Title: Global climate change: Did we pass a tipping point?
Authors: STIPS AdolfLILOVER Madis
Citation: Baltic International Symposium (BALTIC), 2012 IEEE/OES p. 1-6
Publisher: Institute of Electrical and Electronics Engineers
Publication Year: 2012
JRC N°: JRC70598
ISBN: 978-1-4673-1414-5
URI: http://publications.jrc.ec.europa.eu/repository/handle/JRC70598
DOI: 10.1109/BALTIC.2012.6249163
Type: Articles in periodicals and books
Abstract: Systems that have an internal feedback mechanism can principally behave non-linear. The climate on earth is such a complex system with internal feedback and a non-linear characteristic should therefore be expected. Nevertheless it is common practice to publish linear trends from many global data sets without considering their relevance. The classical example is the often cited (IPCC) global warming trend of 0.05°C/decade for air temperature during the last 150 years. The inadequacy of this linear trend model over such a long period is obvious when looking at the difference of the observed 2009 mean temperature to that estimated from the calculated linear trend. The trend calculation gives an underestimation of about 48% (~0.36°C to low, compared to a total change of 0.75°C). A similar inspection of several global atmospheric and oceanographic data time series provides reasonable doubt concerning the validity of the linear model for century long time series. Using a test for breakpoints we can show that most of the analyzed global climate time series contain statistical significant structural changes (breaks in the mean or in the slope of a linear regression). We will reveal the existence of breakpoints for most investigated parameters at the end of the 70ties of the last century. Breakpoints detected at a comparable time in many different regional and global climate variables are a strong indication for a corresponding regime shift in the state of the global climate. The enormous difference between trends calculated with and without consideration of breakpoints invalidates predictions based only on overall linear trends. Despite these statistical indications for the existence of a tipping point we cannot infer the underlying process dynamics from the statistics alone. The final confirmation has to come from an accurate and complete geophysical description of the climate system, a difficult and complex task still to be done.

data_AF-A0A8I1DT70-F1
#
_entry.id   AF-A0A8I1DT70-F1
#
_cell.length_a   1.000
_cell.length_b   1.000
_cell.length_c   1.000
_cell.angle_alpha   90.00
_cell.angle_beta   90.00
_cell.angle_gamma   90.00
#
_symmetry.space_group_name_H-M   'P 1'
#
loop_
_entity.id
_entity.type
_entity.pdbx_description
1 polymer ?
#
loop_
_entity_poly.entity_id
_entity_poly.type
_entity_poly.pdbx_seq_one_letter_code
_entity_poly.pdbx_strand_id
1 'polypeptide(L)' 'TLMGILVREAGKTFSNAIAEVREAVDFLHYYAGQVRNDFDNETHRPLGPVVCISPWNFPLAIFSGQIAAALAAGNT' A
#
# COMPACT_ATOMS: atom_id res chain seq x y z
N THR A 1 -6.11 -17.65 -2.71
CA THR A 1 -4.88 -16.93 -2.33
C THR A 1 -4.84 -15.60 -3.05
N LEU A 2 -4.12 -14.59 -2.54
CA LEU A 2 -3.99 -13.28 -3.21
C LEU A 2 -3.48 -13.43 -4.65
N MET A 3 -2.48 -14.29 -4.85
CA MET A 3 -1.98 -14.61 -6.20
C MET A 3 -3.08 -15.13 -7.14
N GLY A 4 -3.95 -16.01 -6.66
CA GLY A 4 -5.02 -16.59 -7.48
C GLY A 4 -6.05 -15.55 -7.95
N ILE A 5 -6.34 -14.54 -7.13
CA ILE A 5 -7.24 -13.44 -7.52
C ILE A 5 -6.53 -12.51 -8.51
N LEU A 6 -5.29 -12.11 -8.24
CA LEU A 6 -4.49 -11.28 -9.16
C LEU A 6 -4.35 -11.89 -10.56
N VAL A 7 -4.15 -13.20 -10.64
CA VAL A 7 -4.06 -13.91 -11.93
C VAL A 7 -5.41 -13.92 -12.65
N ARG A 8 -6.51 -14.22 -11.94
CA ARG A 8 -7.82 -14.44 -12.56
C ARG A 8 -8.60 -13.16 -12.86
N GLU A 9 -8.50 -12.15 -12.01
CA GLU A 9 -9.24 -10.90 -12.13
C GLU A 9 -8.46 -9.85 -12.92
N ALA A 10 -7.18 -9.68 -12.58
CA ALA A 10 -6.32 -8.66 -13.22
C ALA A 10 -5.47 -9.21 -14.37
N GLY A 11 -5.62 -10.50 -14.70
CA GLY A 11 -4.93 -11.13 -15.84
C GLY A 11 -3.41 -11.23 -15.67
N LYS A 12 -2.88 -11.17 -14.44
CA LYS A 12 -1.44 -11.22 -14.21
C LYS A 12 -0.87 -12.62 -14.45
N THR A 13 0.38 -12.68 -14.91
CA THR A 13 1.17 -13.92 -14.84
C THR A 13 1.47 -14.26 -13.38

JRC Directorate:Sustainable Resources

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